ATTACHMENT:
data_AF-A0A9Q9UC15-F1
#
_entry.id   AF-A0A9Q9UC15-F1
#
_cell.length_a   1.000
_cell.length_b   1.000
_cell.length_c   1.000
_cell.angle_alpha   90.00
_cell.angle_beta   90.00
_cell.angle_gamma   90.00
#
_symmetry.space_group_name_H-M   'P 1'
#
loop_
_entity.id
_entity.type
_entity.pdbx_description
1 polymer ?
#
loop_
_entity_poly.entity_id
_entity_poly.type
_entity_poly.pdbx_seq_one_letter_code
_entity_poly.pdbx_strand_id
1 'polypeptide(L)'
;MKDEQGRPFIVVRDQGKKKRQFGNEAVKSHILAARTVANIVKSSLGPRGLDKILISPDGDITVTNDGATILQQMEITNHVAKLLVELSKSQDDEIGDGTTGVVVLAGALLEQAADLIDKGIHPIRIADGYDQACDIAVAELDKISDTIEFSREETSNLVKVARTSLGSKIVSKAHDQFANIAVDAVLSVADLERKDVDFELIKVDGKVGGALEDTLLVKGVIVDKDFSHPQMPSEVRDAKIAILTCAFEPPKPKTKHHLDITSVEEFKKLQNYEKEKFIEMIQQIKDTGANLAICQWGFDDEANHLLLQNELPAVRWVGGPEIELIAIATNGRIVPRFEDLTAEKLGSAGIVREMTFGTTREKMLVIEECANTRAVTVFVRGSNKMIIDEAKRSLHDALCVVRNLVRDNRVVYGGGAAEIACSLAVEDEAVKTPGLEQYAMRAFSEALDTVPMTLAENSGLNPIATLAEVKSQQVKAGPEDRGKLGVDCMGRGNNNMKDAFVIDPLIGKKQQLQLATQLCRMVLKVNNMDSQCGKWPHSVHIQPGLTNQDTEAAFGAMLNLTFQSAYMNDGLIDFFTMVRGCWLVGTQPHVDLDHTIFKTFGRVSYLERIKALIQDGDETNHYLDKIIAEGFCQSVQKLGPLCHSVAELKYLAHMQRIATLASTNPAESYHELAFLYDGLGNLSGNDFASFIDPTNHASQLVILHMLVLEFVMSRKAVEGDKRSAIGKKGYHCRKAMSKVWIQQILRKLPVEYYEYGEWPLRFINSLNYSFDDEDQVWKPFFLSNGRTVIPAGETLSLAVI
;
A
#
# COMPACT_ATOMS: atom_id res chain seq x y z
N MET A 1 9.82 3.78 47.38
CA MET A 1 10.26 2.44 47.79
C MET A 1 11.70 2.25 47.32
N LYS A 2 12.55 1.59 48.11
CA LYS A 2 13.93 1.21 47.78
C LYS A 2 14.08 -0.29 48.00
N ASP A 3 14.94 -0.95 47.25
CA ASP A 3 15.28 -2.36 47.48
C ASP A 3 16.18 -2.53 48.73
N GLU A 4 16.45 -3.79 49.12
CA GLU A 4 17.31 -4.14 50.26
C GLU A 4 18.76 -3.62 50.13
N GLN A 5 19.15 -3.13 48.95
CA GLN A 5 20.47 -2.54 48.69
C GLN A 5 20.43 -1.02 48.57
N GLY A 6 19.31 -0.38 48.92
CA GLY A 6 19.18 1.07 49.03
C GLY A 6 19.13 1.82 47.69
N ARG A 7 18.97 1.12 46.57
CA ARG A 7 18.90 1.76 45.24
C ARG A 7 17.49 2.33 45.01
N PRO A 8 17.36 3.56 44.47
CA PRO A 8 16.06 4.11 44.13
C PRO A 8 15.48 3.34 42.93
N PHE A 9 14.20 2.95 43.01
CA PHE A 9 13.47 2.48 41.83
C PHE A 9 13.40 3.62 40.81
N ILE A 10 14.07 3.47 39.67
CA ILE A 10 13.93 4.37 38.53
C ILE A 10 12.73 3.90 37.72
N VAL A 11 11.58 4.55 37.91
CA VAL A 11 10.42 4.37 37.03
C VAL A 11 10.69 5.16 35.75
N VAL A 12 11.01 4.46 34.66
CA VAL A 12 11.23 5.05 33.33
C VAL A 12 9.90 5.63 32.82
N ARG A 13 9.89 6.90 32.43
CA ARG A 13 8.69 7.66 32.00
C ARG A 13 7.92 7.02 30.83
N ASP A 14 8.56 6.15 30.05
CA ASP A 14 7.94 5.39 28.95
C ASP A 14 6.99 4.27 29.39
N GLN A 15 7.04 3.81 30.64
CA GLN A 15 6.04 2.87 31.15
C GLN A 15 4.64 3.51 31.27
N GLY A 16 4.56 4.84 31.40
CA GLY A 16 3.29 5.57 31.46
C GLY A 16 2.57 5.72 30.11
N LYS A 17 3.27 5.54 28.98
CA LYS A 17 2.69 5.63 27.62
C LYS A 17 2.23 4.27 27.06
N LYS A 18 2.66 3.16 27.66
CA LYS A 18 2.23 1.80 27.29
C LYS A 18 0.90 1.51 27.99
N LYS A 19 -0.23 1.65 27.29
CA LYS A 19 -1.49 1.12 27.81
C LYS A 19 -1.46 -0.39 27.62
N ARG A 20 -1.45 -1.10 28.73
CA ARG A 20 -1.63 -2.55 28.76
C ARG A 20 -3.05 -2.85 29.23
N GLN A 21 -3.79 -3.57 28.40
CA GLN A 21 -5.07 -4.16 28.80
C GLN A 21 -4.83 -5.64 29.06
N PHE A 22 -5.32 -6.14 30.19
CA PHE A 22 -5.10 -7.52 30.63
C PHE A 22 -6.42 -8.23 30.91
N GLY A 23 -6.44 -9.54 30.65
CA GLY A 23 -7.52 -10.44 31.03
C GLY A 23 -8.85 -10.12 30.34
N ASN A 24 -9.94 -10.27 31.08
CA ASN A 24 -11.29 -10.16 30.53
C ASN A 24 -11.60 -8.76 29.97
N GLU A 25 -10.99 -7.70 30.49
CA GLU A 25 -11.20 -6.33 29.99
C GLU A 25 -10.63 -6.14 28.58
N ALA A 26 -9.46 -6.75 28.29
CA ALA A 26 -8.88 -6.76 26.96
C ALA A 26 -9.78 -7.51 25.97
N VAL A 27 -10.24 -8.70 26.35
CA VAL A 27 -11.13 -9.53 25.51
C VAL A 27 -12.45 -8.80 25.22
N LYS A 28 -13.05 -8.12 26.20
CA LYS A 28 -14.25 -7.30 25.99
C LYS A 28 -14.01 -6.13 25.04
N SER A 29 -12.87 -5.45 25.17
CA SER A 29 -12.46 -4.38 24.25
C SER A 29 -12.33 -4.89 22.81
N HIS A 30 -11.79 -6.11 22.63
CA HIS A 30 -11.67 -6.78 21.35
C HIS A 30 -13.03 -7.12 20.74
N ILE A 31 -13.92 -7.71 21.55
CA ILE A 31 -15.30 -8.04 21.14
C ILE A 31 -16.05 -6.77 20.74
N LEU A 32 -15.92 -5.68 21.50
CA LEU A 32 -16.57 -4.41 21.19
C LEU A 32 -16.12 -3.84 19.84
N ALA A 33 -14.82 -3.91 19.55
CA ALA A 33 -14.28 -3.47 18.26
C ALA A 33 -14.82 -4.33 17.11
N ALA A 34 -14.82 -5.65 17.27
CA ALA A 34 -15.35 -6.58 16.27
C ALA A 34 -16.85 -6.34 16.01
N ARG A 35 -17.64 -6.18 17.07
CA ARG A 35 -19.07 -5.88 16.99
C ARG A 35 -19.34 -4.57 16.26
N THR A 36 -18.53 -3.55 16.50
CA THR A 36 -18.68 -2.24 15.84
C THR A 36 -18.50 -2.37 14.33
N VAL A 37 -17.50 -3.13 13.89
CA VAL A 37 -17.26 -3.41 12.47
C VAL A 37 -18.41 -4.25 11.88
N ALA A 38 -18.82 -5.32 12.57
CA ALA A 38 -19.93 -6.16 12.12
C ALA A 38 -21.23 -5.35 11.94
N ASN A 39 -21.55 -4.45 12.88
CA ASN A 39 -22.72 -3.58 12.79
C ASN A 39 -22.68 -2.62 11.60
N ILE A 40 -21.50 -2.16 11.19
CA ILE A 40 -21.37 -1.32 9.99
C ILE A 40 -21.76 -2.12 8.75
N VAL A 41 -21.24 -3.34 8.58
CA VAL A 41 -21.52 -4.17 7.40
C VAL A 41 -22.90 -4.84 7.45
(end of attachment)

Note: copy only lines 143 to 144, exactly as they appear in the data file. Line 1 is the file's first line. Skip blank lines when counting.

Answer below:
CA ALA A 38 -19.93 -6.16 12.12
C ALA A 38 -21.23 -5.35 11.94